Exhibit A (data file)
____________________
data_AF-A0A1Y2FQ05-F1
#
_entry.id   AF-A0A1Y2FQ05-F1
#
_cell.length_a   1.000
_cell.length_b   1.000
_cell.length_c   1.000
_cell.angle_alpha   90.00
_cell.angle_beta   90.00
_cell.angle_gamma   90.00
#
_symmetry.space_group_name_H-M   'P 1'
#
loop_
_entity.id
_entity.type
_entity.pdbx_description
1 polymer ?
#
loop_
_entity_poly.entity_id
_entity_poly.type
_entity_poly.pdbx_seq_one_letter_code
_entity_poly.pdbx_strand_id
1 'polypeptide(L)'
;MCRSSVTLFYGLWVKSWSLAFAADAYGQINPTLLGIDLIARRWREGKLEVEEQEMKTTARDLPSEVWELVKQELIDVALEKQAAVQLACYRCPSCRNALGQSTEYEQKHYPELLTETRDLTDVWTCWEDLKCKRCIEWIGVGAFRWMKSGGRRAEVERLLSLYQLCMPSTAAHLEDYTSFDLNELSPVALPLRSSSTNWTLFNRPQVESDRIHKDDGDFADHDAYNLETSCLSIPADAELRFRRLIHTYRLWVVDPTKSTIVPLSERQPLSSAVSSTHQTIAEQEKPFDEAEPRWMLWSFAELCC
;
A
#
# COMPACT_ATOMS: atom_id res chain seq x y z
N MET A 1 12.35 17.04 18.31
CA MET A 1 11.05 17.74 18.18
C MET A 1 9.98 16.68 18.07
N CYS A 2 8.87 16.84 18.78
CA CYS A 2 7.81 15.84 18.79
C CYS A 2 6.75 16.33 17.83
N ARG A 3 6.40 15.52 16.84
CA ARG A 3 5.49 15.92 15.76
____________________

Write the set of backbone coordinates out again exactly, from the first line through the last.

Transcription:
data_AF-A0A1Y2FQ05-F1
#
_entry.id   AF-A0A1Y2FQ05-F1
#
_cell.length_a   1.000
_cell.length_b   1.000
_cell.length_c   1.000
_cell.angle_alpha   90.00
_cell.angle_beta   90.00
_cell.angle_gamma   90.00
#
_symmetry.space_group_name_H-M   'P 1'
#
loop_
_entity.id
_entity.type
_entity.pdbx_description
1 polymer ?
#
loop_
_entity_poly.entity_id
_entity_poly.type
_entity_poly.pdbx_seq_one_letter_code
_entity_poly.pdbx_strand_id
1 'polypeptide(L)'
;MCRSSVTLFYGLWVKSWSLAFAADAYGQINPTLLGIDLIARRWREGKLEVEEQEMKTTARDLPSEVWELVKQELIDVALEKQAAVQLACYRCPSCRNALGQSTEYEQKHYPELLTETRDLTDVWTCWEDLKCKRCIEWIGVGAFRWMKSGGRRAEVERLLSLYQLCMPSTAAHLEDYTSFDLNELSPVALPLRSSSTNWTLFNRPQVESDRIHKDDGDFADHDAYNLETSCLSIPADAELRFRRLIHTYRLWVVDPTKSTIVPLSERQPLSSAVSSTHQTIAEQEKPFDEAEPRWMLWSFAELCC
;
A
#
# COMPACT_ATOMS: atom_id res chain seq x y z
N MET A 1 12.35 17.04 18.31
CA MET A 1 11.05 17.74 18.18
C MET A 1 9.98 16.68 18.07
N CYS A 2 8.87 16.84 18.78
CA CYS A 2 7.81 15.84 18.79
C CYS A 2 6.75 16.33 17.83
N ARG A 3 6.40 15.52 16.84
CA ARG A 3 5.49 15.92 15.76